Castle of Cagliostro - Mania.com



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Mania Grade: A+

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Info:

  • Audio Rating: A+
  • Video Rating: A+
  • Packaging Rating: A
  • Menus Rating: A+
  • Extras Rating: A
  • Age Rating: All
  • Region: 2 - Japan
  • Released By: TMS
  • MSRP: 4700
  • Running time: 100
  • Aspect Ratio: 1.85:1 Anamorphic Widescreen
  • Disc Resolution: 480i/p (mixed/unknown)
  • Disc Encoding: MPEG-2
  • Series: Lupin the 3rd

Castle of Cagliostro

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Release Date: April 26, 2001


Castle of Cagliostro
© TMS


What They Say
A long awaited Ghibli release of the 2nd "Lupin III" movie on DVD. The classic film was directed by none other than maestro Hayao Miyazaki! Disc 2 contains the main feature + animated storyboard (played by selecting one of the alternate multi-angle channels on remote), and 2 theatrical trailers.

The Review!
This disc is the Japanese Buena Vista (also known as Disney) and Tokyo Movie DVD release of this classic Hayao Miyazaki masterpiece. Shall we dig in to this bonus bonanza?

Audio:

This disc contains two versions of the Japanese audio. One is in stereo (Note: I am unsure if it is Dolby Digital 5.1 or simply 2.0), and one is in the original monaural format. The Japanese voice cast performs superbly. The Japanese audio tracks are also crisp and clear, without the nasty crackle and wear that the Region 1 release exhibited. For further analysis of the Japanese audio, please refer to my review of the Region 1 release. The English audio track included is the 1991 Streamline Pictures dub. The voice cast in this dub is a fine selection and in top performance in this film. Even if the translation is far from accurate, it is an excellent sounding track that you should hear at least once.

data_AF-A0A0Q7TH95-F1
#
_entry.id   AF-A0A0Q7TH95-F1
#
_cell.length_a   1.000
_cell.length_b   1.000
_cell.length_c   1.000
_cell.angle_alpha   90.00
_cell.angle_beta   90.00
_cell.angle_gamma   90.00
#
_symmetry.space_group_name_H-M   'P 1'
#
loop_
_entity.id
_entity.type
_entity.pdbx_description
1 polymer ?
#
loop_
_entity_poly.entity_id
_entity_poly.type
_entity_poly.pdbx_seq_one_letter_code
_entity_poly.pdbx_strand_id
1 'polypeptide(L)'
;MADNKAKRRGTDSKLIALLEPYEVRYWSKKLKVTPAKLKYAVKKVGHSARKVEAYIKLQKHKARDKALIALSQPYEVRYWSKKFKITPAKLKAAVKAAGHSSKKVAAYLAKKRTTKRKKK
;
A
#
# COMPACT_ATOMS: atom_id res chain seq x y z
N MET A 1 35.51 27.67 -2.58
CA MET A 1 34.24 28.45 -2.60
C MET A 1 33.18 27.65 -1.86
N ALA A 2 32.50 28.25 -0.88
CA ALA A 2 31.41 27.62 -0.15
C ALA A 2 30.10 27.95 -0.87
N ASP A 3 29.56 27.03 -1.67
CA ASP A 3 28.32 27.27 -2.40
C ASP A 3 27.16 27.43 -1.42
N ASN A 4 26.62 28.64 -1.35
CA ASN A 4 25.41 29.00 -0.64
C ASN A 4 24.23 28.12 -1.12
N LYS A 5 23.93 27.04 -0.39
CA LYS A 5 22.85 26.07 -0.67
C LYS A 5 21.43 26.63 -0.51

Video:

This disc is in anamorphic letterbox, giving it an immediate boost from the Manga Video release?s non-anamorphic picture. The coloring (which a little bit emptier in the Region 1 release) has been tweaked to perfection. You can see every little portion of the film as it was originally intended. One instance where this is odd is where the gunmen surround Fujiko on the top of the castle?s tower. As she backs away into her little hole, her English voice says, ?Looks like you got me.? This is a line that did not exist in the Japanese, and depending on your copy of the Streamline VHS, you could or could not see her lips remain still. On the Manga DVD (though the new dub does not have her speak there) you could not see her mouth at all. This release makes that sequence completely visible and even shows more of the left and right sides of the picture than were on the R1 DVD. In summary, the video is pretty darn good.

Packaging:

The disc comes in a white single-disc Amaray case with a flippy second disc holder inside, Urusei Yatsura-style. The illustration on the case is absolutely beautiful (at least when compared to the Region 1 cover). It shows Lupin holding Clarisse and her ring, while the Lupin Gang is posed behind them, each with their weapons of choice. Zenigata comes running from the sky above and the castle is exploding, with debris flying everywhere. The rear cover illustration is a serene photo of Lupin and Jigen resting with their Fiat at night. The cover claims it is a ?Ghibli ga Ippai Collection Special,? though it was actually made before Studio Ghibli?s formation. Since Miyazaki had such a big hand in it, however, it is understandable (and certainly acceptable by my standards) that it is included in the collection as a special release.

The discs themselves are very attractive as well (a strong contrast to Manga Video?s pure black disc). The disc with the film alone has a shot of Lupin showing off his cheap magic skills to Clarisse. The extras disc shows a drawing of Clarisse, her Citroen 2CV (with her dog Karl inside), some groceries, and a newspaper with the headline ?Lupin!!? It?s beautiful stuff. It brings a tear to my eye and a glare to Manga Video

Menus: